Scientific Publications and Presentations

Reversing immunosuppression in the tumor microenvironment of fibrolamellar carcinoma via PD‑1 and IL‑10 blockade

March 1, 2024

Daniel, Sullivan, Dickerson, ... , Riehle, Yeung, Carter, Barry & Pillarisetty
Journal article published in Nature Scientific Reports

Due to limited knowledge about the immune response to FLC, developing effective immunotherapy is challenging for the disease. In this study, the team investigated the immune environment of fibrolamellar carcinoma (FLC) using several techniques including multiplex immunohistochemistry and flow cytometry.

Key findings of the effort include:

  • Immune cells are largely sequestered away from tumor cells in FLC. Instead, they are most often found in nearby non-tumor liver tissue and the dense fibrous bands within the tumor (after which FLC is named).
  • These tumor-infiltrating lymphocytes (TILs) often show signs of exhaustion and lack activation markers compared to T cells in the surrounding liver tissue.
  • T cells in fibrolamellar carcinoma (FLC) showed low levels of clonal expansion, even though similar T cell receptor (TCR) sequences existed across different patients. This high similarity in TCR sequences across patients suggests that T cells in FLC tumors could be enriched with TCRs that may recognize common neoantigens to FLC. However, the immunosuppressive nature of the FLC tumor environment may be limiting the effectiveness and expansion of these tumor-specific T cells. The team hypothesized that if the suppressive environment within FLC tumors could be reversed, these specific T cells could be activated to effectively kill the tumor cells.
  • An immune signaling protein (cytokine) named interleukin-10 (IL-10) can suppress the immune response against FLC cancer cells. IL-10 is generally known as an anti-inflammatory factor. While in many situations limiting inflammation is desirable, in this case IL-10 may prevent anti-FLC immune cells from reaching the cancer cells they are programmed to kill. Using lab cultures of slices cut from fresh FLC tumors, they then found that blocking IL-10, combined with blocking the immune checkpoint PD-1, can free killer T cells from the stroma and enable a more potent immune response against FLC cells in several, but not all the cultures.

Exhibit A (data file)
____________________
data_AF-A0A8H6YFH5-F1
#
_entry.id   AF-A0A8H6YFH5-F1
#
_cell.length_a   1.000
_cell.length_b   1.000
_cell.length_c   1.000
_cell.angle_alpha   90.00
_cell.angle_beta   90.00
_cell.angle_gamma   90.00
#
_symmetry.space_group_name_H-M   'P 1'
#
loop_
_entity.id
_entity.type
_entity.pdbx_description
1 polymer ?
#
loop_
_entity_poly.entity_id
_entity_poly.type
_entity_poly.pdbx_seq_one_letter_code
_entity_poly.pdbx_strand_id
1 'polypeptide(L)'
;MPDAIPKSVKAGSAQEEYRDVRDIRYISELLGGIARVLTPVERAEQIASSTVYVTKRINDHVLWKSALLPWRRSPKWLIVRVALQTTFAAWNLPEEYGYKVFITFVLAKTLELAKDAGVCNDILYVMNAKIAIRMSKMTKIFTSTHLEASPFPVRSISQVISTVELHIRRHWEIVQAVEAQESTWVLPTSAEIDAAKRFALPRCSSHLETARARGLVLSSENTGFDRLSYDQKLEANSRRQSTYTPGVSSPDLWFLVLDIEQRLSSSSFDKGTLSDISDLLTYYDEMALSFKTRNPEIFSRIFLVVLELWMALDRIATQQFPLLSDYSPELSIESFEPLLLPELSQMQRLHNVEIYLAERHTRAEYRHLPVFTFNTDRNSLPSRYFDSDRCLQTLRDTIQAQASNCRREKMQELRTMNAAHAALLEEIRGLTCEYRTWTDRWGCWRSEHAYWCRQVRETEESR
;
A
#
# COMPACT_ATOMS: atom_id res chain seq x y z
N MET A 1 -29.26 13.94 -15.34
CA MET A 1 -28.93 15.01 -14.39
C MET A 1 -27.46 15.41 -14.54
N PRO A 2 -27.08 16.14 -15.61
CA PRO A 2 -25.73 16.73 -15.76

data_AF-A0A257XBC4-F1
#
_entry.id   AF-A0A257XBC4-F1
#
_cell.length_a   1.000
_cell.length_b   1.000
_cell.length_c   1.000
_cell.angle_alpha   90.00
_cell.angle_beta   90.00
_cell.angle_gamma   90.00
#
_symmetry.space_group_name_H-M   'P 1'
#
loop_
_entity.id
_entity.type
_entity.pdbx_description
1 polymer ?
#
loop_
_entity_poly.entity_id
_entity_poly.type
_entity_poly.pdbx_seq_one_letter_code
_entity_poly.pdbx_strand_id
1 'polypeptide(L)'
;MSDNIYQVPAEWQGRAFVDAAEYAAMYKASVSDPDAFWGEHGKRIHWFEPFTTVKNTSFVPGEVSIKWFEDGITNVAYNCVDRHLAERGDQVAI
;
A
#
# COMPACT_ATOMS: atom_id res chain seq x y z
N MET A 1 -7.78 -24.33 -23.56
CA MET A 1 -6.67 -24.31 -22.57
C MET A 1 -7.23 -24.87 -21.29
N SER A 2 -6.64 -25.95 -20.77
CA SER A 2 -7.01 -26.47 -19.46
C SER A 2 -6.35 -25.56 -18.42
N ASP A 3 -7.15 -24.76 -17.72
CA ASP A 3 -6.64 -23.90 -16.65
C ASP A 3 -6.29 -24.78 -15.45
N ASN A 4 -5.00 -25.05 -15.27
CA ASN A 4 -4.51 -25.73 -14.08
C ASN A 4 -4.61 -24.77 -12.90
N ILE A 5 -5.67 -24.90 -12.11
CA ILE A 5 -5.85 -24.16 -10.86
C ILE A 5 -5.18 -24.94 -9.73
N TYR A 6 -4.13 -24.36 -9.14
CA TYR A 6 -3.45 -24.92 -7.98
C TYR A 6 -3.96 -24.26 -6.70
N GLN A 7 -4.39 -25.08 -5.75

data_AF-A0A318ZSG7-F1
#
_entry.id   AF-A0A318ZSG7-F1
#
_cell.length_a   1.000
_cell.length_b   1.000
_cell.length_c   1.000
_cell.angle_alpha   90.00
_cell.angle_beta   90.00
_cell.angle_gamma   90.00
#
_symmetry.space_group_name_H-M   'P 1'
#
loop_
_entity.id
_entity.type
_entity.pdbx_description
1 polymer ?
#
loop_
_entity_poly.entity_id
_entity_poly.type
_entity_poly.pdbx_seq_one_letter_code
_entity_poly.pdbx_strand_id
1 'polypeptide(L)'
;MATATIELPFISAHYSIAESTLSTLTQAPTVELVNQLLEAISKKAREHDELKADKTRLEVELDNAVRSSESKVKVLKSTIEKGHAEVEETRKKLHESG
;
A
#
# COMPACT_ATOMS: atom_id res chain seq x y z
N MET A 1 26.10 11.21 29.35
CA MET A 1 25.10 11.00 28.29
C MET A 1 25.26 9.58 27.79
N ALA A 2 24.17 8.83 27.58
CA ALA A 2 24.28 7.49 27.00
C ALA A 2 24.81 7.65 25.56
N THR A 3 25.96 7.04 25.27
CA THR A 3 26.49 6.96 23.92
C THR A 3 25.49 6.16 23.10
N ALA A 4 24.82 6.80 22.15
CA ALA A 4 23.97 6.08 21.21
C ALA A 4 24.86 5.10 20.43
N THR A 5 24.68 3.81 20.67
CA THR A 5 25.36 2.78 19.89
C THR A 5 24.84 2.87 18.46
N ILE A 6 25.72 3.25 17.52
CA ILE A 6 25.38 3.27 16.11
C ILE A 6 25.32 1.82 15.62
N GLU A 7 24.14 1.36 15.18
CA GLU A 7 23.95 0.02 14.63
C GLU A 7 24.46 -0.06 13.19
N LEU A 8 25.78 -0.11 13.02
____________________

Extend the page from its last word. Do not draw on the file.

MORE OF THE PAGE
Implications: The key takeaway of this study is that blockade of cytokine signaling in combination with immune checkpoints, potentially offers a new way to enable anti-FLC immune cells to kill FLC cancer cells more effectively. The study also highlights the importance of further work focused on better understanding the complex interactions between immune, chemokine, stromal, and metabolic factors in FLC’s tumor microenvironment that affect immune cell infiltration and function.

The full text of the study can be read here.

Note: The study underlying this publication was partially funded by FCF. Lindsay Dickerson, a co-author on the study, is an active FCF-CRI fellow.